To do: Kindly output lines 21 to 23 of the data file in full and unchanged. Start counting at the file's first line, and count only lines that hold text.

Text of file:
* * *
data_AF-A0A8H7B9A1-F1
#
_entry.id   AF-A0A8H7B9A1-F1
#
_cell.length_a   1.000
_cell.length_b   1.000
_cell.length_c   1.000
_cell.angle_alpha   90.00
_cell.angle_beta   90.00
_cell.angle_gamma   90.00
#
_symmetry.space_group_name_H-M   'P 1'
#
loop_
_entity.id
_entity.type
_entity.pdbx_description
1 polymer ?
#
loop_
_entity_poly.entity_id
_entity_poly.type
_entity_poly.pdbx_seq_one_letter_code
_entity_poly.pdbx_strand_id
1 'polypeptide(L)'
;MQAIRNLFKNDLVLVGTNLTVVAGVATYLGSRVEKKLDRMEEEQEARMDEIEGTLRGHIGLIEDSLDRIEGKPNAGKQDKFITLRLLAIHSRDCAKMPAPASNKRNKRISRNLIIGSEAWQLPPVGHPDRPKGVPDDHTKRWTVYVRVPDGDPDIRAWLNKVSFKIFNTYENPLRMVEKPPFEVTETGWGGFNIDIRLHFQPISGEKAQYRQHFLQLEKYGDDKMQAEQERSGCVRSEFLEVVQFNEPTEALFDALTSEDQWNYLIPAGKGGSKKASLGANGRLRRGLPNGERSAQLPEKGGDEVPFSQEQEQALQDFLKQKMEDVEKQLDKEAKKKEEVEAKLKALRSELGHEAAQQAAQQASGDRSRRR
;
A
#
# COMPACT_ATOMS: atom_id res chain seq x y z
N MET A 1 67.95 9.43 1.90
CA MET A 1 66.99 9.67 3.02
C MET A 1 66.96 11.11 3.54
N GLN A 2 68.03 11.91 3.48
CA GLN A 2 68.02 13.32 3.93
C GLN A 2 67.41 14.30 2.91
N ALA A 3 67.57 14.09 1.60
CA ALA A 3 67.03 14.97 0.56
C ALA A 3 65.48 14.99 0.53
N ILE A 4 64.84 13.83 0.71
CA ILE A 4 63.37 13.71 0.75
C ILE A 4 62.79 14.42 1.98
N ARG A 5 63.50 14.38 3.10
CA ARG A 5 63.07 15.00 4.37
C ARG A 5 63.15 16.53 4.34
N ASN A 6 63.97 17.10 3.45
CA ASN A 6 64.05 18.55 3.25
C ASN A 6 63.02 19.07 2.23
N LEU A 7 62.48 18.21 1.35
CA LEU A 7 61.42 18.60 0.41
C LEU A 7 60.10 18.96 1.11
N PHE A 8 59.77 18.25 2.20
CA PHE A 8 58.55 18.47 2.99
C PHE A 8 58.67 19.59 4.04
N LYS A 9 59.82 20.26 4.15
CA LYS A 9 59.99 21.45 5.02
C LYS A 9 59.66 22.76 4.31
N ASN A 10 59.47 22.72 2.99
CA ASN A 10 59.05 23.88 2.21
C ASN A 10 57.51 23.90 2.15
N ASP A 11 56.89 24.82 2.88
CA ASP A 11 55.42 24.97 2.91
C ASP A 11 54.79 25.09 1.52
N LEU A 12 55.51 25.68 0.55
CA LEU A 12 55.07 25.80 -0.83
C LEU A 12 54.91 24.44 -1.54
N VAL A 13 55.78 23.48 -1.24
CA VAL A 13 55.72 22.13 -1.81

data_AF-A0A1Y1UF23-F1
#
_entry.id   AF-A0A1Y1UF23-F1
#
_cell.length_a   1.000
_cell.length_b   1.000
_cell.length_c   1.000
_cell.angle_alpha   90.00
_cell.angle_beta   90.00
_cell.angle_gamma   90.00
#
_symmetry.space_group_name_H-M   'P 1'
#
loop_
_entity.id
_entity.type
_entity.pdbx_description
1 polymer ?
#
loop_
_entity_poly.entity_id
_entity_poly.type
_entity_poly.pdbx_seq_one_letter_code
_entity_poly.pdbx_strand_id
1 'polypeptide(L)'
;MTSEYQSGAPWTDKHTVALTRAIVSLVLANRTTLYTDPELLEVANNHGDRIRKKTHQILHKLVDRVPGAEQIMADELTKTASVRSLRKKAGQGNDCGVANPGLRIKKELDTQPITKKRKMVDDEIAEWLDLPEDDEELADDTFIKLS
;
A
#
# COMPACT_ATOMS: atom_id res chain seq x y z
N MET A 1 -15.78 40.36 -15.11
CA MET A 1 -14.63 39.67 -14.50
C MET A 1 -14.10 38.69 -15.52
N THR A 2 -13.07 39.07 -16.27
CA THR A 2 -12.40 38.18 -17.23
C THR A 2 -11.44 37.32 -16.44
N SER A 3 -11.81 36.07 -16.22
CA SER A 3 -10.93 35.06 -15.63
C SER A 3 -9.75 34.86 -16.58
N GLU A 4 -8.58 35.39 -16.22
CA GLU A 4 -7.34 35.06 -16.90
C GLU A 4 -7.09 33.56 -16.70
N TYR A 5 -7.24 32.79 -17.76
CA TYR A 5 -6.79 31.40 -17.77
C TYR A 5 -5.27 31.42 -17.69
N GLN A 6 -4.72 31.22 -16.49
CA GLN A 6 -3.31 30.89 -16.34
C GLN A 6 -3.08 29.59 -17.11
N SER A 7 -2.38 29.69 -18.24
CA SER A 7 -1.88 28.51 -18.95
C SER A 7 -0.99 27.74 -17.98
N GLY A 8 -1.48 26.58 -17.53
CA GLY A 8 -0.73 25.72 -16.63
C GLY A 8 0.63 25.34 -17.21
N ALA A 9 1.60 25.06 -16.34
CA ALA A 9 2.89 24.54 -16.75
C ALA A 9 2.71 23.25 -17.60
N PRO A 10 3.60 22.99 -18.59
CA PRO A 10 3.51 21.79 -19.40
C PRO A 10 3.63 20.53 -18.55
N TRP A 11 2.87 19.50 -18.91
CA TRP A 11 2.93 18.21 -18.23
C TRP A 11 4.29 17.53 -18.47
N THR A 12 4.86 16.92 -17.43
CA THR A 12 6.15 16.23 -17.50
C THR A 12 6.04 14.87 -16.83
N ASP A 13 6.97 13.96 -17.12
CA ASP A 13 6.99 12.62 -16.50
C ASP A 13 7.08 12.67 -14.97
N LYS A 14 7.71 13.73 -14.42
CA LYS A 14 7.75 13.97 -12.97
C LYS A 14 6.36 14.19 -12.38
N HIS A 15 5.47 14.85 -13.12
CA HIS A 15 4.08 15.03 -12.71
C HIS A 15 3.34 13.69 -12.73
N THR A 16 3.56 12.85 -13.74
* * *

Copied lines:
_entity_poly.entity_id
_entity_poly.type
_entity_poly.pdbx_seq_one_letter_code